Businesses are moving from the mainframe to cloud deployment models.
There are still the high end users of the mainframe, such as HSBC, Bank of America, Morgan Stanley, the large global banks or insurance companies that still use the platform. But these users of the mainframe only account for a couple of hundred companies. What about the rest?
“They may not understand what it all means, but it seems to clear me that the underlying principal is that they don’t want to be in the IT infrastructure business, if they can help it.”
He’s not wrong. Today, there are massive amounts of workload going to cloud deployment models, public or private. There has been a massive growth in Microsoft Azure and AWS, they’re putting data centres all over the world.
As we move into this cloud era, it’s become apparent that businesses don’t want to be responsible for the necessary infrastructure to handle applications; to the extent where people now have more confidence in cloud deployments as secure and performant compared to the mainframe. “And, you could argue they are,” suggested Vecchio.
IT decision makers’ innovation efforts hindered by legacy mainframe
Moving from the mainframe to cloud deployment models
Businesses are moving to these cloud deployment models for two reasons:
1. The need to innovate faster
Innovating on the mainframe is a challenge and in today’s increasingly competitive environment organisation’s can’t afford to stand still.
“If you’re going to get any kind of innovation, any kind of package solution, any kind of modern analytic solutions, it’s not going to happen on the mainframe,” said Vecchio. “Mainframe data is locked in environments that are making it difficult to use.
“The need to innovate has forced businesses to consider alternatives to the mainframe and the leading alternative is the cloud.”
2. The mainframe skills crisis
The mainframe skills issue is an interesting dilemma.
“On the one hand, there are the skills associated with running an infrastructure [or mainframe],” he explained. “And on the other, is the people who built the applications.”
The mainframe environment is part of a very bespoke world where organisations would build there own applications. In the modern world there are packaged and black box solutions, which means organisations don’t have to create the solutions from scratch — this is the case for the mainframe.
“What this means,” according to Vecchio, “is that businesses and people are dependant on languages and databases, because a developer needed to know both of those in intimate details in order to build an application.
“The area where we see the biggest challenge is a decline in COBOL, PL/1 or any other of the myriad of languages and databases that exist on the mainframe.”
And the problem is that the developers who work with these languages are baby boomers, who are approaching retirement age.
“The baby boomers who are skilled with COBOL and IDE technologies don’t want to learn the new skills and the people who know the new skills don’t want to learn COBOL,” he added.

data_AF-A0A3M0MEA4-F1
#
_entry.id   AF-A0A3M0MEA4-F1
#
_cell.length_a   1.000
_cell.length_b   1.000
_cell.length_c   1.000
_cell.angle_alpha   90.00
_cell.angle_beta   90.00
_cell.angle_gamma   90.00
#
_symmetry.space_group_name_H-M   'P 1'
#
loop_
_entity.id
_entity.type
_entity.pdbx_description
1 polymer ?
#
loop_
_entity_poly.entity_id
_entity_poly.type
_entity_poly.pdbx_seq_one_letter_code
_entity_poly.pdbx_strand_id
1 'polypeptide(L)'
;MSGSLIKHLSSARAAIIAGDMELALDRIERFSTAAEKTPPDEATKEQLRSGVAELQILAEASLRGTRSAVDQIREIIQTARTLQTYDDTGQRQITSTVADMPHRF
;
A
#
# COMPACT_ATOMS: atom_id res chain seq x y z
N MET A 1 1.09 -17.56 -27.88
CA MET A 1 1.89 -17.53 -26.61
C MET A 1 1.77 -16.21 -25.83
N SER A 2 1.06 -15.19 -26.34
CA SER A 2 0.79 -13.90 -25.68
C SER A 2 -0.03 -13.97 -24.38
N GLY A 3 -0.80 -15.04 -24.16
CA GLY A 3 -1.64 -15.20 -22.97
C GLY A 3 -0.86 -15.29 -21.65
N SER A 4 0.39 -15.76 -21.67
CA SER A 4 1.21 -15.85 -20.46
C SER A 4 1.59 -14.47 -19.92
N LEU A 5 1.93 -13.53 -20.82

Baby boomers out, millennials in: Securing the future of the mainframe
A problem that can’t be solved?
“There have been efforts, particularly by IBM, to try and grow more mainframe skills with their academic initiatives that it started well over a decade ago,” continued Vecchio. “But, only a handful of people are graduating with the required skills.
“This is not a solution to the global problem. And, I have not seen any indication that this is going to be solved at the scale necessary.”
Make the mainframe appealing
But, these mainframe vendors have the same challenges as the end users who they serve. They will ask, according to Vecchio; “Do I really want to stay on this expensive proprietary box with limited innovation and a declining skills set or do I want to evolve into a more modern environment?”
Solving the mainframe skills crisis
Mainframe skills fall into two very different categories, those that are associated with running the infrastructure and those that focus on developing applications in a database.
Businesses can solve the infrastructure skills problem by outsourcing the operation to somebody else, although Vecchio said he doesn’t believe “mainframe vendors will be able to show a dramatic improvement in the scale of resources available for legacy languages and databases.
“It is certainly fair to say that this is one way to solve the problem, but I’ve seen no indication that this is going to be the solution.”
Extracting data from the mainframe to leverage innovation across the enterprise
Another potential solution surrounds getting Java developers onto the mainframe. And, now that IBM have bought Red Hat, it means it can run Red Hat Linux, which is the dominant version of Linux in the marketplace.
But, another issue arises; “organisations still have got to get the applications from all of the old, pre-relational database structures, because they’re not supported anywhere other than the mainframe,” he continued.
“To do this, businesses could rewrite the application, which is costly and expensive or eliminate some of these applications.”
The future of mainframe
Mainframes are going to get marginalised to the largest companies in the world, what Vecchio refers to as the “high end”.
Moving forward, most of the mainframe workload is going to go off the mainframe, and the only question is how will organisations do that?
“If they they wait too long, they’re going to not have any skills to support the applications — any possible solution other than migration is going to have to be long gone,” he concluded.